It is common knowledge that the Russian and Chinese veto hindered the referring of the Syrian case to the international criminal court on several occasions. However, it is important to continue working on all paths and keep the issue on the top of priorities of international actors, as well as accumulating required expertise to achieve justice and prosecute criminals as soon as the political and international conditions change. The major goals which we all hope to achieve so soon are a political transition in Syria and a comprehensive transitional justice.



Q: How can violations be prevented and human rights protected in light of the ongoing conflict, proliferation of arms and violence by militias and factions?


A: Unfortunately, in light of the ongoing conflict and proliferation of arms, violations have not confined to regime forces and their proxy militias. All players involved in Syria’s war commit similar blatant violations against civilians, amid almost-complete absence of accountability. The only way to curb violators is to uncover violations in every way possible and supporting and expressing solidarity with victims. It is very important to work hard on documenting all violations professionally, as these crimes are imprescriptible. Criminals will face justice sooner or later, and they need to know that they can never escape accountability for ever.



Q: How can all civil and human rights Syrian organisations coordinate with each other in order to counter all types of human rights violations? And what are your suggestions as human rights activists to cooperate for the favour of Syrian people?


A: We, at civil and human rights Syrian organisations, try to coordinate with each other. For years, many human rights Syrian organisations have been eager to meet together and set a joint view or a group of objectives to work on. Trials in Europe have been an example of the outcomes of efforts by everyone, according to their respective capabilities. Today, each organisation is looking forward to cooperating and coordinating with the others and exchanging experience. We also work on sharing knowledge and experience related to human rights we could obtain in the past years with our colleagues in all zones of influence inside Syria through holding meetings and online workshops.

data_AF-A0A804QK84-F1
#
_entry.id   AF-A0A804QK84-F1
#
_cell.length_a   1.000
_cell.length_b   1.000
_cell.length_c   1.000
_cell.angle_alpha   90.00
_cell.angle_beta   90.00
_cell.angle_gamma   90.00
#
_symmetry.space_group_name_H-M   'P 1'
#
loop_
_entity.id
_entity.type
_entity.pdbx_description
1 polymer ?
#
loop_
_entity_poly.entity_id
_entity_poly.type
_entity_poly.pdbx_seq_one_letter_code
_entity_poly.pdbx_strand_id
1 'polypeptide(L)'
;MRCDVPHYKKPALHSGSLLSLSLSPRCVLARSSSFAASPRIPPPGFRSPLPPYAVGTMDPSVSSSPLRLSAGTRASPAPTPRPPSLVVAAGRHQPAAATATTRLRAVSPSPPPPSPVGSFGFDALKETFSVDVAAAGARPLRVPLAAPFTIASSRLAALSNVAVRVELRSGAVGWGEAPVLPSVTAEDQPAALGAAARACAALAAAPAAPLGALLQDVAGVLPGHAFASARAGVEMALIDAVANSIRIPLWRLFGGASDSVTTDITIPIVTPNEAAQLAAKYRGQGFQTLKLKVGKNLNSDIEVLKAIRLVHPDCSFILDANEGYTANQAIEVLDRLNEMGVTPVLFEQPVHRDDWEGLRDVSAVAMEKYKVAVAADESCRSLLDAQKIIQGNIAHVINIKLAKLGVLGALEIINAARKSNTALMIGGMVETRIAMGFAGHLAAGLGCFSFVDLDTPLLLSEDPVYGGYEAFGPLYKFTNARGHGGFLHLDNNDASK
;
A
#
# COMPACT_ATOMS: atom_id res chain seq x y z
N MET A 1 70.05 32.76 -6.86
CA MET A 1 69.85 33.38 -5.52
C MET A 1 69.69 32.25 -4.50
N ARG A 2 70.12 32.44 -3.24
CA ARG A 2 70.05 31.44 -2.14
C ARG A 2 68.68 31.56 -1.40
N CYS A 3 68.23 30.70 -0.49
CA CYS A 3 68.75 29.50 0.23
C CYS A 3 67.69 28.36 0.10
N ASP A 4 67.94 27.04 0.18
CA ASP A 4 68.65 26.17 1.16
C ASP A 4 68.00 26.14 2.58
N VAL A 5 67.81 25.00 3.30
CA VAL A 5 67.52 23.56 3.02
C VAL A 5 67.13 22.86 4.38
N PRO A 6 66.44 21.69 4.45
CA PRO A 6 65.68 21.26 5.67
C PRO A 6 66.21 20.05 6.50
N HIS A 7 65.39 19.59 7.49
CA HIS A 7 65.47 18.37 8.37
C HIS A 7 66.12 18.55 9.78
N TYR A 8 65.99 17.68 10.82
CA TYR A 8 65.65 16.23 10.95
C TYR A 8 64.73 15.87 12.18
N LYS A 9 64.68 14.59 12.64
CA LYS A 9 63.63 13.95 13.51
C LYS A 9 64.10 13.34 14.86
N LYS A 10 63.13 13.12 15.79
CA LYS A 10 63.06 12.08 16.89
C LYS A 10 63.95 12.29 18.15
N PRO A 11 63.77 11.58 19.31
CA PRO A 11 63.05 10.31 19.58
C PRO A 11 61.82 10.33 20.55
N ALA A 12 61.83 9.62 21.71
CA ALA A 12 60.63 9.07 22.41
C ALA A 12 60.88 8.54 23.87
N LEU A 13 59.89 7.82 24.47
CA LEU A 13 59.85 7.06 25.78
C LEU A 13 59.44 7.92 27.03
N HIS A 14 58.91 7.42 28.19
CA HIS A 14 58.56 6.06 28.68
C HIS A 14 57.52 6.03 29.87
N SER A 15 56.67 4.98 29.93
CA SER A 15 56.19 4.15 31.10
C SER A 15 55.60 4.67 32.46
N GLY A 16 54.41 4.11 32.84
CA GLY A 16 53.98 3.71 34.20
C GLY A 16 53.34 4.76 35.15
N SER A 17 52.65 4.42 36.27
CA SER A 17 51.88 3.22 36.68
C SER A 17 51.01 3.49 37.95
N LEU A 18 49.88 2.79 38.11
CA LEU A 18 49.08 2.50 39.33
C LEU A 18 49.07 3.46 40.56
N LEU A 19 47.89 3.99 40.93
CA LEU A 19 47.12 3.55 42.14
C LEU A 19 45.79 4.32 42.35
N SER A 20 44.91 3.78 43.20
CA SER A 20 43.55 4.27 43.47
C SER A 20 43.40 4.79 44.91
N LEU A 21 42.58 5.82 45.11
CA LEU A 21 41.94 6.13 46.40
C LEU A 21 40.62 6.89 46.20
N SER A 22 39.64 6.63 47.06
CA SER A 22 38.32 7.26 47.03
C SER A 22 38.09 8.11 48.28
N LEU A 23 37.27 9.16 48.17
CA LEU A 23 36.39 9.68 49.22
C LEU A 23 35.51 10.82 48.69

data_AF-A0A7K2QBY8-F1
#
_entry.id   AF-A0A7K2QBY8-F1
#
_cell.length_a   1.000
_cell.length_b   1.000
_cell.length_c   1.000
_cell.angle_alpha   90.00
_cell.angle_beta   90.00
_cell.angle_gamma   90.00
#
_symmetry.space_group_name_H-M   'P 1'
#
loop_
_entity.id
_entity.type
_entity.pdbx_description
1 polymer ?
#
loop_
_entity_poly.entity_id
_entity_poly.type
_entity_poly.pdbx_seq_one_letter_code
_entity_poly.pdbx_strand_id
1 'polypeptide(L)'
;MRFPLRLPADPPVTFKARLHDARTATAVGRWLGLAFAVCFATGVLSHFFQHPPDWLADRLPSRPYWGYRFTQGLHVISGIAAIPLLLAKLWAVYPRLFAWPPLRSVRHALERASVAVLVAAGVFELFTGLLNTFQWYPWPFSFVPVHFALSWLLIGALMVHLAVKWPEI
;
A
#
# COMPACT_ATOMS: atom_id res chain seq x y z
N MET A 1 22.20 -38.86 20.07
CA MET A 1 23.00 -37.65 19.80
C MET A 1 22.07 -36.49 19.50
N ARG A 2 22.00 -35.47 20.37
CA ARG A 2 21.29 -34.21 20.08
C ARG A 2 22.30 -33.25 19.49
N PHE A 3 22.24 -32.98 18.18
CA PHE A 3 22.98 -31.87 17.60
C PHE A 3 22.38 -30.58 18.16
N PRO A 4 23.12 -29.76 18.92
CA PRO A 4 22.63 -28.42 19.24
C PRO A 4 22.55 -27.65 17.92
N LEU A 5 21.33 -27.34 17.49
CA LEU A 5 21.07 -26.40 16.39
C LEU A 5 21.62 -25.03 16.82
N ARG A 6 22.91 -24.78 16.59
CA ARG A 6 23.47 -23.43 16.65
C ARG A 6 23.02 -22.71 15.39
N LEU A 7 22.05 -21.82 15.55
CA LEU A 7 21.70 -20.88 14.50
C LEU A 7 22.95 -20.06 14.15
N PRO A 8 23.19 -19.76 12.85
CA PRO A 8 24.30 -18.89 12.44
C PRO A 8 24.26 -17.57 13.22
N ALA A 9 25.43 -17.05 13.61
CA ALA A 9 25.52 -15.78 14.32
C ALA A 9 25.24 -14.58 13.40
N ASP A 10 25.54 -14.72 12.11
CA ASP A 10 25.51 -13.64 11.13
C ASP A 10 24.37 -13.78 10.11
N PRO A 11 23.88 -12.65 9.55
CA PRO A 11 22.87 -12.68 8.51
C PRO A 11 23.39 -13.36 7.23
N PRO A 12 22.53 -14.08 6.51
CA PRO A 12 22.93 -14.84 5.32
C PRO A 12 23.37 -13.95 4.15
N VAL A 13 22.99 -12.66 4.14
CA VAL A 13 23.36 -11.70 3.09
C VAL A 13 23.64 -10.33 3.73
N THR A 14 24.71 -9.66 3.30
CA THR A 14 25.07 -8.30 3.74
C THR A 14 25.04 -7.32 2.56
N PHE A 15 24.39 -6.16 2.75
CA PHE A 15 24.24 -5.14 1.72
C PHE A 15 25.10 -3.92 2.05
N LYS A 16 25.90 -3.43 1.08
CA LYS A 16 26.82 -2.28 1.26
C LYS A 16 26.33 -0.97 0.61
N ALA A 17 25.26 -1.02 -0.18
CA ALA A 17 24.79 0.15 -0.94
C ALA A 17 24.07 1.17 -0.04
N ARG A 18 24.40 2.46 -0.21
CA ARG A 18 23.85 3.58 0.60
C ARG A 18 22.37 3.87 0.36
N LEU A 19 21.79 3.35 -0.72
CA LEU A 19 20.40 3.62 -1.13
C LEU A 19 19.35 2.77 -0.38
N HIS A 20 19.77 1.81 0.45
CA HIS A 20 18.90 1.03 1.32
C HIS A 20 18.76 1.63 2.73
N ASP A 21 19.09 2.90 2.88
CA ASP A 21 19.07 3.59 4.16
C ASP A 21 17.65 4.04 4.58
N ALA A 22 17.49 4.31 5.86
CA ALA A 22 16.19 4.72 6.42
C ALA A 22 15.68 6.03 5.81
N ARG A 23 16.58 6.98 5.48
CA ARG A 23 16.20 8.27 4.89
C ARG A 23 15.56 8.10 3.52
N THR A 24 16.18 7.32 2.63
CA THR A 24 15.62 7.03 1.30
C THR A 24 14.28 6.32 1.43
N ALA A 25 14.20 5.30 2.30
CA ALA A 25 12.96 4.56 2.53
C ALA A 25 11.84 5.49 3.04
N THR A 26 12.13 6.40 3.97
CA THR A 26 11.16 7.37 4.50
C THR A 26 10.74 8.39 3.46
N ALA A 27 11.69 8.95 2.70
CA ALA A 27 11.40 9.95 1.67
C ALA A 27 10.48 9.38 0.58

Q: Previously, you talked about the importance of confronting the Russian veto with alternative juridical paths. Could you explain that a little more, and what are these paths?


A: I mentioned “alternative juridical paths” while I was talking about the global jurisdiction which is a law that we could apply in some European countries, mainly Germany, as well as Austria, Sweden and Norway.


Today, there are discussions among human rights Syrian and international organisations to unify and direct all efforts to the “pooled jurisdiction,” a path in which judiciaries of several countries are brought together with the aim of establishing an international court, which can be provided by the international community to cope with and go beyond the Russian veto. This option lacks political support, although it can unify all efforts of global and local jurisdiction and save human and financial resources and time.



Q: What is your message to the international community which has abandoned and let Syrian people down and ignored human right violations? And is it still possible to remedy the current disastrous situation and proceed with a new path to hold accountable war criminals, perpetrators of violations and all those who aided and abetted killing, humiliation and displacement of Syrian people?


A: In my opinion, the Syrian crisis has uncovered the failure of international institutions to achieve global peace and security or defend human rights and people’s dignity. Today, all proposals are on the table, especially with the current war in Ukraine which gives the chance to the international community to pay more attention to atrocities committed against to the Syrians and deal differently with these blatant human rights violations. All we should do is to coordinate with each other and focus our efforts on making the file of accountability to come to the fore until situations change and work in our favour.